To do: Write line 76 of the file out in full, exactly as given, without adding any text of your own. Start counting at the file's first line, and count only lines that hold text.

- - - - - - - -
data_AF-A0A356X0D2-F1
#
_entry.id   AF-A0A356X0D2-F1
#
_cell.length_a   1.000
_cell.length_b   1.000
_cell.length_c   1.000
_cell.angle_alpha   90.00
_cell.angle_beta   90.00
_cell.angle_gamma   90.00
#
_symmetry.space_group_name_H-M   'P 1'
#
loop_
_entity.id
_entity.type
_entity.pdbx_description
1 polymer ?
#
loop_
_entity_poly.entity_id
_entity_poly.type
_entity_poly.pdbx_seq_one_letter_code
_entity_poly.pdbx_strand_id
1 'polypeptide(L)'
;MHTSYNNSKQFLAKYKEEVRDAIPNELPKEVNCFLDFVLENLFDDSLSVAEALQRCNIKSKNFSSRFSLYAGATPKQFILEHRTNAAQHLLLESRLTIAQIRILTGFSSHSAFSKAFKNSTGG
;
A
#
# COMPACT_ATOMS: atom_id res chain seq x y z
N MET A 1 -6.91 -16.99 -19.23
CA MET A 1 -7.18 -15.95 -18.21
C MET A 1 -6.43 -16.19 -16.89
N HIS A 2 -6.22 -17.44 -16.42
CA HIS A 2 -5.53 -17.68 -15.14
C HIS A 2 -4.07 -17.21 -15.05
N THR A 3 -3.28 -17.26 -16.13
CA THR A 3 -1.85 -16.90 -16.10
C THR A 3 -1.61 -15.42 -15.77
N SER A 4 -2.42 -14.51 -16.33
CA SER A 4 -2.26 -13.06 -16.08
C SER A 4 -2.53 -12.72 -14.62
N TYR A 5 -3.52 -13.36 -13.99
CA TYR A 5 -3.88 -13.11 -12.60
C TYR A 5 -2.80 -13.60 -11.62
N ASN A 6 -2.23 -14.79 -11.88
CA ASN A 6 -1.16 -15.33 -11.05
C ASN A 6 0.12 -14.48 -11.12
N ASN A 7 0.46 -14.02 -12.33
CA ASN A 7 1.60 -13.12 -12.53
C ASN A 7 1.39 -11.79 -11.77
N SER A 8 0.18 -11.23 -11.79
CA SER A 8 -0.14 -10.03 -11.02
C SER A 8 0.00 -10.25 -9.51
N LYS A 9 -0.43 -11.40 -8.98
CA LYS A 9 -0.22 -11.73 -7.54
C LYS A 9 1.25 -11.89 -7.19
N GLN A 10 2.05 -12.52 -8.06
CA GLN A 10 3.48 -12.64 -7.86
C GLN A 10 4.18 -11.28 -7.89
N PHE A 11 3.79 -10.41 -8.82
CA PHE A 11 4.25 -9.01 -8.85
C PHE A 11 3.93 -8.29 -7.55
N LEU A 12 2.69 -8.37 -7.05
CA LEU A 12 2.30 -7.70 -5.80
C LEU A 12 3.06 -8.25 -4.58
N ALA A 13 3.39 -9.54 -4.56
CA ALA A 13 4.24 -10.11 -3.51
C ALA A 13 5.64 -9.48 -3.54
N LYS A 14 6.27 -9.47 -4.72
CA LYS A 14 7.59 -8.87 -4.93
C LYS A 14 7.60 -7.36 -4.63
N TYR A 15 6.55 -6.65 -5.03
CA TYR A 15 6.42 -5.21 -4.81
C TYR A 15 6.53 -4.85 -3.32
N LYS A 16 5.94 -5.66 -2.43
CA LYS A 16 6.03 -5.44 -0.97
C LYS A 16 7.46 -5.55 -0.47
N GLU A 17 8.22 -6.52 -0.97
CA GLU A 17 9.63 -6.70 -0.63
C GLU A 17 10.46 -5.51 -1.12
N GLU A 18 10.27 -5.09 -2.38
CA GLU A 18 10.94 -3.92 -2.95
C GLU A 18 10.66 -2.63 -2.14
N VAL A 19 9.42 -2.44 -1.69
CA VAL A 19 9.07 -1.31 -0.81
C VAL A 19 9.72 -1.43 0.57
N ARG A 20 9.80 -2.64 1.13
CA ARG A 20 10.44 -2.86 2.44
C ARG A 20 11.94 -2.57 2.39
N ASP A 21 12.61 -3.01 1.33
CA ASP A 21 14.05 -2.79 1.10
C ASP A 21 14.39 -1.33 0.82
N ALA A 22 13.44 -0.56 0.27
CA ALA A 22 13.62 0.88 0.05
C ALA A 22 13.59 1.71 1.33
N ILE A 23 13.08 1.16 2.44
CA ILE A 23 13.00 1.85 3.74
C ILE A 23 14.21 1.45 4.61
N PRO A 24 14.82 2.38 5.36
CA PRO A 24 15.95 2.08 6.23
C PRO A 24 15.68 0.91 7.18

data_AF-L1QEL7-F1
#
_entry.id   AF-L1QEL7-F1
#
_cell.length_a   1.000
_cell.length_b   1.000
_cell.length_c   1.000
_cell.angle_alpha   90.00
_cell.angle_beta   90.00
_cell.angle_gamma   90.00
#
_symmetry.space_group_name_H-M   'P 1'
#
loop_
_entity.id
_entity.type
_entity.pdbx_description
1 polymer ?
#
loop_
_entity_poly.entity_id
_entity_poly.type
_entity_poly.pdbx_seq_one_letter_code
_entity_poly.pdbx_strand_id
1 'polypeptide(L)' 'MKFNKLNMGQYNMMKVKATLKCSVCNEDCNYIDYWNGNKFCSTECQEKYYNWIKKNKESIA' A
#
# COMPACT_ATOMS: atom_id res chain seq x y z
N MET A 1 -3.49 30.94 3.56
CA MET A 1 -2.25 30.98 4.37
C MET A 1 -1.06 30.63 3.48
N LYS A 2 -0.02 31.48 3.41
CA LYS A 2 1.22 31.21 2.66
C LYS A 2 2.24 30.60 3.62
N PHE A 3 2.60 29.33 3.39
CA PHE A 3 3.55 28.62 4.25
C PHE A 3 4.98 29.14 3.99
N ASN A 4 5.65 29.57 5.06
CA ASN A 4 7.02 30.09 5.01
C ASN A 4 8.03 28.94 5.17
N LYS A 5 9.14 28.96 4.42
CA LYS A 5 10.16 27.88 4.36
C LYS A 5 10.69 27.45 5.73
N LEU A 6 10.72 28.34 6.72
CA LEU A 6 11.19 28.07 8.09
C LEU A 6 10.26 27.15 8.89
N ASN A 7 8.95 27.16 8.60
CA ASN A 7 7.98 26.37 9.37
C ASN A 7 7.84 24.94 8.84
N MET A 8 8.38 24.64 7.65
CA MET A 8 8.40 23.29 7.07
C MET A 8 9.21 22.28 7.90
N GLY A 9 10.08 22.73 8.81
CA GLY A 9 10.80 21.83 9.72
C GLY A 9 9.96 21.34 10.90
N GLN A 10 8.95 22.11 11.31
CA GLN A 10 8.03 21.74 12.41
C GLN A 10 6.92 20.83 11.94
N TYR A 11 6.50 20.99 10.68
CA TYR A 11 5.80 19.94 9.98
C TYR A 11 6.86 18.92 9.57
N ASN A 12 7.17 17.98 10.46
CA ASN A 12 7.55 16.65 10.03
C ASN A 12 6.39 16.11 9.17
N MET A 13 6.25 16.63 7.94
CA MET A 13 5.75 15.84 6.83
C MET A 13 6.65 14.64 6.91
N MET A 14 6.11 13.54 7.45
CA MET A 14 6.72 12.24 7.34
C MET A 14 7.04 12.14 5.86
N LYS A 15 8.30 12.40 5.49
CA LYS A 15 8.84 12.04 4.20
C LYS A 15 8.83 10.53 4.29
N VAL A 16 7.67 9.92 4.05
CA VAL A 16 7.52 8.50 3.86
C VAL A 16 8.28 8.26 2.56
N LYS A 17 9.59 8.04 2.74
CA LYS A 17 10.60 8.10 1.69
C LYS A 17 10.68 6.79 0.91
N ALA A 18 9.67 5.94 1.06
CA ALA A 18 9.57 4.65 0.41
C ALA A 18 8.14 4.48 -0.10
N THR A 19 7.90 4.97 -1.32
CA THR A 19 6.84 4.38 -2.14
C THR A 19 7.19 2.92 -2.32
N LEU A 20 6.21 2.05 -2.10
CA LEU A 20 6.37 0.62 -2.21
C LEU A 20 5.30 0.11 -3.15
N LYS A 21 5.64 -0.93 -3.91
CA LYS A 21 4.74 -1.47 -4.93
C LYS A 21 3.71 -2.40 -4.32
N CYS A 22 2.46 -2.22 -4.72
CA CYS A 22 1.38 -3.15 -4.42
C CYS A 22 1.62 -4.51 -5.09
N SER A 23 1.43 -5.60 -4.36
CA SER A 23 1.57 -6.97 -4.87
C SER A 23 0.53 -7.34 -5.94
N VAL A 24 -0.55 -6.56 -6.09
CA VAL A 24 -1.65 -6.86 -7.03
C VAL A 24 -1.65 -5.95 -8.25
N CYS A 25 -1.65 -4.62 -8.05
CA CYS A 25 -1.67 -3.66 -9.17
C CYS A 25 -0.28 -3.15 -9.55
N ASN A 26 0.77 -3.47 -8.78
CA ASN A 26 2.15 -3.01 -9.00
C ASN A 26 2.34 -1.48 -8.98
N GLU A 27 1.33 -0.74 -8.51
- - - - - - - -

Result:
N LYS A 16 5.94 -5.66 -2.43